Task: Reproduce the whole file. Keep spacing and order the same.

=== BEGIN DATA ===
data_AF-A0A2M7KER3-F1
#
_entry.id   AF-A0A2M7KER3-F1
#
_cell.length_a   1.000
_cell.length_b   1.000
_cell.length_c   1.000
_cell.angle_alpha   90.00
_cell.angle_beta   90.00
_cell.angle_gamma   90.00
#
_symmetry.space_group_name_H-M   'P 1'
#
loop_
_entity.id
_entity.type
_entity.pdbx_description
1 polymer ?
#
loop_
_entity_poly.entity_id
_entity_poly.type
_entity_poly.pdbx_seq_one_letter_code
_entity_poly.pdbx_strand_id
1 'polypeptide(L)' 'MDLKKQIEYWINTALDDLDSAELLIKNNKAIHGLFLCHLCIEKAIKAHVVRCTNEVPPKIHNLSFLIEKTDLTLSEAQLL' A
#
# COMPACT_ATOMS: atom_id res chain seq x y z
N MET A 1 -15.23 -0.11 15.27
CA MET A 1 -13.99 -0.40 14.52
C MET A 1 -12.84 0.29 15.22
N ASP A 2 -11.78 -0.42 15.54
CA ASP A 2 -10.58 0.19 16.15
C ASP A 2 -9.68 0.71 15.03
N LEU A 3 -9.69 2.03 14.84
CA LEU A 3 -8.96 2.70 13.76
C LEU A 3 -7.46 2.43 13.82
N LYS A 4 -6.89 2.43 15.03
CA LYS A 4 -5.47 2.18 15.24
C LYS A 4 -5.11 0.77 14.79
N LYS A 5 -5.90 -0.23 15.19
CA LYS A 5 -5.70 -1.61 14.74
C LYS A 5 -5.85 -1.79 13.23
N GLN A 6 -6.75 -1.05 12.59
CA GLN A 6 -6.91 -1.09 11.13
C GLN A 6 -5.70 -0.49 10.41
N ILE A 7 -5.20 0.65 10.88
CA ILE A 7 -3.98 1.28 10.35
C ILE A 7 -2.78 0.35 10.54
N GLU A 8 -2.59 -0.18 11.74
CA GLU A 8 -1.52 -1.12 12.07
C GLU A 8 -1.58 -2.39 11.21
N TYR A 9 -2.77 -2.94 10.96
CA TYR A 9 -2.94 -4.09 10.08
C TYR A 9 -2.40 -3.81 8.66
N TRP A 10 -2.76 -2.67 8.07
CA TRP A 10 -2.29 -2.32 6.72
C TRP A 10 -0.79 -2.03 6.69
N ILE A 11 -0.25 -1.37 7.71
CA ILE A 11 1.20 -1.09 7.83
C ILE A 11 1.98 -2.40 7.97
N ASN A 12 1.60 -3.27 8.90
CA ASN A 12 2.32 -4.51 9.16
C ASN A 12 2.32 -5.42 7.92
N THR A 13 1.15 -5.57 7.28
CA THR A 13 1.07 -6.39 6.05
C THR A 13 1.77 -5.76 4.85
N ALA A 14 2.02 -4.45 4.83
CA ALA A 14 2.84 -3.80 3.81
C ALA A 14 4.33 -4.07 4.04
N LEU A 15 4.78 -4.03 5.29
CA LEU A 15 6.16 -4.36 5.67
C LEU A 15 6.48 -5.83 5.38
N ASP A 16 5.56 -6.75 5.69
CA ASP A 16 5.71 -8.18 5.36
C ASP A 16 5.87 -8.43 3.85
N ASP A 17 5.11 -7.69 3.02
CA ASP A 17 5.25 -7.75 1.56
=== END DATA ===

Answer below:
data_AF-A0A2M7KER3-F1
#
_entry.id   AF-A0A2M7KER3-F1
#
_cell.length_a   1.000
_cell.length_b   1.000
_cell.length_c   1.000
_cell.angle_alpha   90.00
_cell.angle_beta   90.00
_cell.angle_gamma   90.00
#
_symmetry.space_group_name_H-M   'P 1'
#
loop_
_entity.id
_entity.type
_entity.pdbx_description
1 polymer ?
#
loop_
_entity_poly.entity_id
_entity_poly.type
_entity_poly.pdbx_seq_one_letter_code
_entity_poly.pdbx_strand_id
1 'polypeptide(L)' 'MDLKKQIEYWINTALDDLDSAELLIKNNKAIHGLFLCHLCIEKAIKAHVVRCTNEVPPKIHNLSFLIEKTDLTLSEAQLL' A
#
# COMPACT_ATOMS: atom_id res chain seq x y z
N MET A 1 -15.23 -0.11 15.27
CA MET A 1 -13.99 -0.40 14.52
C MET A 1 -12.84 0.29 15.22
N ASP A 2 -11.78 -0.42 15.54
CA ASP A 2 -10.58 0.19 16.15
C ASP A 2 -9.68 0.71 15.03
N LEU A 3 -9.69 2.03 14.84
CA LEU A 3 -8.96 2.70 13.76
C LEU A 3 -7.46 2.43 13.82
N LYS A 4 -6.89 2.43 15.03
CA LYS A 4 -5.47 2.18 15.24
C LYS A 4 -5.11 0.77 14.79
N LYS A 5 -5.90 -0.23 15.19
CA LYS A 5 -5.70 -1.61 14.74
C LYS A 5 -5.85 -1.79 13.23
N GLN A 6 -6.75 -1.05 12.59
CA GLN A 6 -6.91 -1.09 11.13
C GLN A 6 -5.70 -0.49 10.41
N ILE A 7 -5.20 0.65 10.88
CA ILE A 7 -3.98 1.28 10.35
C ILE A 7 -2.78 0.35 10.54
N GLU A 8 -2.59 -0.18 11.74
CA GLU A 8 -1.52 -1.12 12.07
C GLU A 8 -1.58 -2.39 11.21
N TYR A 9 -2.77 -2.94 10.96
CA TYR A 9 -2.94 -4.09 10.08
C TYR A 9 -2.40 -3.81 8.66
N TRP A 10 -2.76 -2.67 8.07
CA TRP A 10 -2.29 -2.32 6.72
C TRP A 10 -0.79 -2.03 6.69
N ILE A 11 -0.25 -1.37 7.71
CA ILE A 11 1.20 -1.09 7.83
C ILE A 11 1.98 -2.40 7.97
N ASN A 12 1.60 -3.27 8.90
CA ASN A 12 2.32 -4.51 9.16
C ASN A 12 2.32 -5.42 7.92
N THR A 13 1.15 -5.57 7.28
CA THR A 13 1.07 -6.39 6.05
C THR A 13 1.77 -5.76 4.85
N ALA A 14 2.02 -4.45 4.83
CA ALA A 14 2.84 -3.80 3.81
C ALA A 14 4.33 -4.07 4.04
N LEU A 15 4.78 -4.03 5.29
CA LEU A 15 6.16 -4.36 5.67
C LEU A 15 6.48 -5.83 5.38
N ASP A 16 5.56 -6.75 5.69
CA ASP A 16 5.71 -8.18 5.36
C ASP A 16 5.87 -8.43 3.85
N ASP A 17 5.11 -7.69 3.02
CA ASP A 17 5.25 -7.75 1.56